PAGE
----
Are You a Trauma Survivor Who Feels Unable to Find Peace?

Are you plagued by memories of a deeply distressing or life-threatening experience? Although it’s been months, years or decades, do you still feel as though the danger, abuse or neglect is happening in the present or waiting just around the corner? You may feel compelled to stay alert, even though this hyper-vigilance leaves you on edge, irritable and exhausted throughout the day. It may be that you’re flooded with looping, intrusive thoughts and feelings about the trauma without warning, especially when you try to relax or close your eyes to sleep. Perhaps it’s extremely difficult to engage in your career, relationships or passions because you struggle with destabilizing flashbacks, eroded trust and general unease. Maybe you’ve tried everything you can think of to protect yourself and/or move on from the past, but it feels as though you’re spinning your wheels and falling into the same unhealthy patterns. Do you feel stuck, scared and out of control? Do you wish you could let go of the past, foster healthy relationships and habits and move forward into a freer, lighter life?

Following a trauma, many people struggle with feelings of guilt, shame and self-blame. It’s common to believe your pain is your fault or a sign of weakness and to think you should be able to get over it on your own. In an attempt to find relief, you might be relying on alcohol or substances to get through the day and fall asleep at night. Perhaps you struggle to see the good in the world and the people in it, and you perceive failures and negative intentions in almost everyone around you. Maybe you often feel angry and frustrated with other people’s problems, and you lash out when others don’t seem to understand or support you. You may find it difficult to manage your emotions or control your reactions, even though later you regret having an outburst or retreating from confrontation. And, you may feel stuck in a pattern of self-sabotaging, self-destructing and hurting others, even those you love the most. It may seem as though you have nowhere to turn for even a moment’s peace.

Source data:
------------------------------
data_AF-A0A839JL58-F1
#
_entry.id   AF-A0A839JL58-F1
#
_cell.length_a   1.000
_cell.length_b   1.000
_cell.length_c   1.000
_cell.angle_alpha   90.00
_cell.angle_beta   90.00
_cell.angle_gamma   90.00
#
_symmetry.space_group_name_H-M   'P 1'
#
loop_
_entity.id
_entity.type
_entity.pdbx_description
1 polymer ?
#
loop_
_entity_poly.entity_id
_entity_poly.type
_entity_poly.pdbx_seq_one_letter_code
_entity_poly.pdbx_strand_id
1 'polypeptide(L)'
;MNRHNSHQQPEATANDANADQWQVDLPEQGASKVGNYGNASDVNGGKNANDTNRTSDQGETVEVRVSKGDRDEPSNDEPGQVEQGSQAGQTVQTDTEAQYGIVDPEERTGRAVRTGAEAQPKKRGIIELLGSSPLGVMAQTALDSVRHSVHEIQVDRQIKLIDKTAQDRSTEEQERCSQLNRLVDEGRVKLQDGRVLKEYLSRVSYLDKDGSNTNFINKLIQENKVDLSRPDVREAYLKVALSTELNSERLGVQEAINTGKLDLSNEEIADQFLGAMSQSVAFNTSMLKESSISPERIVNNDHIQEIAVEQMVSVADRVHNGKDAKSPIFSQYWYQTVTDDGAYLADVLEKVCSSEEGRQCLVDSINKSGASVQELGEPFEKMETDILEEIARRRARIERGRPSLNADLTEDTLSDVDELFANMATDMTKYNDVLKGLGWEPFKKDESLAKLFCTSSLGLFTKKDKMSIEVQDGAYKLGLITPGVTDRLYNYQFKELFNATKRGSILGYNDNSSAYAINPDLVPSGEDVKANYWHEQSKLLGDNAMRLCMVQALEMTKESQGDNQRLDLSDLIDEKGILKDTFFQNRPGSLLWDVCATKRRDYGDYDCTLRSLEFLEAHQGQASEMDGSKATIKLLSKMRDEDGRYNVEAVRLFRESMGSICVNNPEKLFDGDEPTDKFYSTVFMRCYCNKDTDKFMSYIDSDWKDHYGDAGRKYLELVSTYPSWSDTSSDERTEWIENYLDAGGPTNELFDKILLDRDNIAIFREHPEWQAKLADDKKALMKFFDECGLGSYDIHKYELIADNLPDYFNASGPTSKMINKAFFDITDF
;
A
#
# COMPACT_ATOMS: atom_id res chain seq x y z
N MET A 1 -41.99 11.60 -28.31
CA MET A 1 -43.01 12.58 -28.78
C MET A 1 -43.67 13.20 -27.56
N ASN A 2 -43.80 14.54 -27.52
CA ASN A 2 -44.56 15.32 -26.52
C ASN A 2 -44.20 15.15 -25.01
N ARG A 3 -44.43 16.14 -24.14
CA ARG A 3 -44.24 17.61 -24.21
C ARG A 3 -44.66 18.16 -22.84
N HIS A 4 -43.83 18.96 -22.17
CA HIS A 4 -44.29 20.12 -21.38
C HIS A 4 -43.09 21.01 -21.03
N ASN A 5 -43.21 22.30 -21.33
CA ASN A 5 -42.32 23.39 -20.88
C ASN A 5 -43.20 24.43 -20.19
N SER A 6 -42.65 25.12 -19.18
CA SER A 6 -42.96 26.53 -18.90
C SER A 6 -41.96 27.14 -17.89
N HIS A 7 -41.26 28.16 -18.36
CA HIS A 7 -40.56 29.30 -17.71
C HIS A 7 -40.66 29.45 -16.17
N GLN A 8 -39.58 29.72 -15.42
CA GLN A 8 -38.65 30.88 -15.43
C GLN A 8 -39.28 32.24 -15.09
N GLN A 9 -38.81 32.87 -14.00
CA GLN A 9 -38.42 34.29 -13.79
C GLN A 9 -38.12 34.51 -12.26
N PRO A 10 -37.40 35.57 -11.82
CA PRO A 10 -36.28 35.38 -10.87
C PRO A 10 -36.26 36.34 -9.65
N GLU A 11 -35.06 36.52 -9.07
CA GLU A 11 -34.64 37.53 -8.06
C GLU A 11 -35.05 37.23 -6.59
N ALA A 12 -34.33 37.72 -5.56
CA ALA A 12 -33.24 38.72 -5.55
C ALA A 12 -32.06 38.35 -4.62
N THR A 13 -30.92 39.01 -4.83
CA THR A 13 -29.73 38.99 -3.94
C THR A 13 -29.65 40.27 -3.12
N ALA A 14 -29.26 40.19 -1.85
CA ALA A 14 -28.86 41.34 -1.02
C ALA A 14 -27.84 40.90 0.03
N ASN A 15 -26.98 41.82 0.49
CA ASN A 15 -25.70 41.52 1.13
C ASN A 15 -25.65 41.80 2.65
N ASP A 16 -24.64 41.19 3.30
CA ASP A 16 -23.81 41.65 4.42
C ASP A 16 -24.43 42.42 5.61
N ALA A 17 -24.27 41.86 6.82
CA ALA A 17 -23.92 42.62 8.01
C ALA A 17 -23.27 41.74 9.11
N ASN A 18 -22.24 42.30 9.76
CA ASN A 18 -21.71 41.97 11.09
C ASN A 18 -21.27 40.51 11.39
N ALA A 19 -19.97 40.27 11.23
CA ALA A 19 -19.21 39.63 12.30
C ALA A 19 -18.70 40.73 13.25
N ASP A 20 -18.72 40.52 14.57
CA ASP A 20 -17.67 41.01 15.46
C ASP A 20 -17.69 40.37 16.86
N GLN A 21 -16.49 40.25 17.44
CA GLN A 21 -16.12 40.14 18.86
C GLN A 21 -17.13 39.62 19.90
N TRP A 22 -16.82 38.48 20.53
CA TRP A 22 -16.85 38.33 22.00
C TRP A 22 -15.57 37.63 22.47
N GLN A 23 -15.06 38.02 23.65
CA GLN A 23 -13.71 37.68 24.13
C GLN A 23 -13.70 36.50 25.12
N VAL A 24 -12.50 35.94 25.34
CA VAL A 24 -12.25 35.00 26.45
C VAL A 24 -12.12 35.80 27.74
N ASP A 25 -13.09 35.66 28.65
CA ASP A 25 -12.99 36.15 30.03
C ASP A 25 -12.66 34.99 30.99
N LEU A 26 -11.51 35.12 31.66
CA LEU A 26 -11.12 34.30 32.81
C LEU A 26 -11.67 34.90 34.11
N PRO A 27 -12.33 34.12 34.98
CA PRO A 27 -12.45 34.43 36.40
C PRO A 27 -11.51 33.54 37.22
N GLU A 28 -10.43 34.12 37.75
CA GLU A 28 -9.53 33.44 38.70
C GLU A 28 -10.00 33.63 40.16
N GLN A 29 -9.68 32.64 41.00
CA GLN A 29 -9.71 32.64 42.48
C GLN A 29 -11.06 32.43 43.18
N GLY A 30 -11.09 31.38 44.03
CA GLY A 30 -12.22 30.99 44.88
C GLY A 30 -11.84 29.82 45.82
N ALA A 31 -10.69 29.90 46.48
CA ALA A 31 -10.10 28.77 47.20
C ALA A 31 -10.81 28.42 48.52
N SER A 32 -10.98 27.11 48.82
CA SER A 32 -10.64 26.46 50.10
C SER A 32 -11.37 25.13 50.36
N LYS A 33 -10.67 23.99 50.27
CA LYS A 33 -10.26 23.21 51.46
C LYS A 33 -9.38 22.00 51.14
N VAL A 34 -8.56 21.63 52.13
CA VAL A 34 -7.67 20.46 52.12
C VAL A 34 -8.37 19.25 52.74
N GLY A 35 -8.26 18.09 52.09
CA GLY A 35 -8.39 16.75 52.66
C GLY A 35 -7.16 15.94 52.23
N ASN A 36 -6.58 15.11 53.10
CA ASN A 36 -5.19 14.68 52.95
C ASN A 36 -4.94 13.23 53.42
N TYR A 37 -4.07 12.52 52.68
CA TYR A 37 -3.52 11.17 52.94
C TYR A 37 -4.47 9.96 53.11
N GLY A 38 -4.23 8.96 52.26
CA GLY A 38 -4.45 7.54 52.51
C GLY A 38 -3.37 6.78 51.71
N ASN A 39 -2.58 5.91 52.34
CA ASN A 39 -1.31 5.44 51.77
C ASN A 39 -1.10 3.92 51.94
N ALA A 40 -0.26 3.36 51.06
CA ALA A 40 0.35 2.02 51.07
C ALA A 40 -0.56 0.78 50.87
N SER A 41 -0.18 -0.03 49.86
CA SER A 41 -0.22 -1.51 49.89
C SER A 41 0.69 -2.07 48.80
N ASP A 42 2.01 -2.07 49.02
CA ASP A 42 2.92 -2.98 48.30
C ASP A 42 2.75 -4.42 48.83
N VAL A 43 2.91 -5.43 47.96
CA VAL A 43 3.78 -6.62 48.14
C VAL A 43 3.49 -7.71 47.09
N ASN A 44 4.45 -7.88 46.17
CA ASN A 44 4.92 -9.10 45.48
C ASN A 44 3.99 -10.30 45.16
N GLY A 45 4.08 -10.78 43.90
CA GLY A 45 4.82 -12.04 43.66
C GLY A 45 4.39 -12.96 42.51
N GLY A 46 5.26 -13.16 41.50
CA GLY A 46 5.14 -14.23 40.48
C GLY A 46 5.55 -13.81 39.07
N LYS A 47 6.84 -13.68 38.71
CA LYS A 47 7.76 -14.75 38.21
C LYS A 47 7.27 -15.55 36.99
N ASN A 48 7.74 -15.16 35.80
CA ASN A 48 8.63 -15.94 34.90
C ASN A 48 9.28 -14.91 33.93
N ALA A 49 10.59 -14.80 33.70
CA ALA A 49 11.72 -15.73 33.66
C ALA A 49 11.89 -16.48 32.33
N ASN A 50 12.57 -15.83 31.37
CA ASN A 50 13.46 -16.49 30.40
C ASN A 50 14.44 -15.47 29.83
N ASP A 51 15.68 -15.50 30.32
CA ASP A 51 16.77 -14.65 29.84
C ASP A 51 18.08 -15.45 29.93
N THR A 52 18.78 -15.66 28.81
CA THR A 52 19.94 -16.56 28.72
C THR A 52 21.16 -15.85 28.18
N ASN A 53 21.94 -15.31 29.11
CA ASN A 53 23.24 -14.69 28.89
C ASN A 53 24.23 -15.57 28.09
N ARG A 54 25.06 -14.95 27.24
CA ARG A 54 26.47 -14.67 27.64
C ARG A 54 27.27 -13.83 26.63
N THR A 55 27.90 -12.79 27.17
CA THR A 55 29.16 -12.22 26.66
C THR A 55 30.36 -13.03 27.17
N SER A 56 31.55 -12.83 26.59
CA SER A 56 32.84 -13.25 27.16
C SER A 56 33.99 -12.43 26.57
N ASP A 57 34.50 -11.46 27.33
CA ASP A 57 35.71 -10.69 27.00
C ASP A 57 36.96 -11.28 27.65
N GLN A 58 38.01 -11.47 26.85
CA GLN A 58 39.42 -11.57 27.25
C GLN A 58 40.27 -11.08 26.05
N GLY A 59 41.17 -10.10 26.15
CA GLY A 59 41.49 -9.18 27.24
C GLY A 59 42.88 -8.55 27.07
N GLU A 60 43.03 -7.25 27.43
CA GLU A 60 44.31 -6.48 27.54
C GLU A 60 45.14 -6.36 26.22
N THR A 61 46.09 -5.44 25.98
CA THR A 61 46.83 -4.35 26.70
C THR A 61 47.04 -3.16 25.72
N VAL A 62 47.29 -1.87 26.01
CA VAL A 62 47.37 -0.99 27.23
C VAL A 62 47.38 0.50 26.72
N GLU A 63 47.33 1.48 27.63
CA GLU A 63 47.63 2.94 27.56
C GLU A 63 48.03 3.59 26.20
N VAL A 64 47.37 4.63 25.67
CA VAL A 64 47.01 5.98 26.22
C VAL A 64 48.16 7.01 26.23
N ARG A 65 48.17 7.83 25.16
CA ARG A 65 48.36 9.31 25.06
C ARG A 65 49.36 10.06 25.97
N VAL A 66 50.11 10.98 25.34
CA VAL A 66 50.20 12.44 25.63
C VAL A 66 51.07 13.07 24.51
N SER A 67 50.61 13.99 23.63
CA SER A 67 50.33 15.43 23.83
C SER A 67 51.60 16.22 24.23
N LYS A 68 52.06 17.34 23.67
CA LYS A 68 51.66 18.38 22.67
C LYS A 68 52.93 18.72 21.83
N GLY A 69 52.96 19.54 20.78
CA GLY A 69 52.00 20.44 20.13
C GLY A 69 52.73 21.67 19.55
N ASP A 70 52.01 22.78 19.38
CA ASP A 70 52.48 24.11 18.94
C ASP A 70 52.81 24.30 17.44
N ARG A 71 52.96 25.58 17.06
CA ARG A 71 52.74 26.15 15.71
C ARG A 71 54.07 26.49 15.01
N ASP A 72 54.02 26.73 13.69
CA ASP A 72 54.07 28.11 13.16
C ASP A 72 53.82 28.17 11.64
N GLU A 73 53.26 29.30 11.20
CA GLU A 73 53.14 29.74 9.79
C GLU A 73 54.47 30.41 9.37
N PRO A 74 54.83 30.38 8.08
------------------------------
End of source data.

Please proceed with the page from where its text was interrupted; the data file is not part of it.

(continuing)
Trauma Can Take Many Forms

Throughout our lives, we all have experiences that help shape us and give rise to purpose and meaning. Sometimes, these experiences are painful – so painful, in fact, that we are affected in a way that stops our emotional growth and momentum forward. The word “trauma” describes these kind of experiences or situations that are emotionally painful and distressing, and that may overwhelm our ability to cope, and in a sense, leave us powerless. These experiences may seem commonplace to some for example, the death of a loved one, a car accident, or significant losses because of financial recession. And of course, for some groups of people, trauma can occur so frequently that it becomes part of common experience, especially in cases of ongoing war or violence in a community, child abuse of any kind and domestic violence. When we become stuck in the trauma because we’re re-living the original situation, refusing to make decisions because of fear and anger or shrinking our life experience to stay safe, effectively cutting out the rest of the world, we are experiencing what professionals call Post Traumatic Stress Disorder (PTSD). PTSD symptoms, over time, affect everyone and everything around you, including spouses, family and work performance. They can make you feel lost, damaged, abandoned and utterly alone.

In the United States, about eight percent of the population or about 26 million people are struggling with Post Traumatic Stress Disorder (PTSD). This number does not include the many others who are experiencing the painful after effects of trauma without a full diagnosis. No matter what you’ve been through or how hopeless things might feel, you are not alone. And, with the help of an experienced therapist who specializes in treatment for PTSD, it is possible for you to stop reliving the pain of the past, take control of your life and step into an empowered future.

Trauma Counseling Can Help You Live in the Present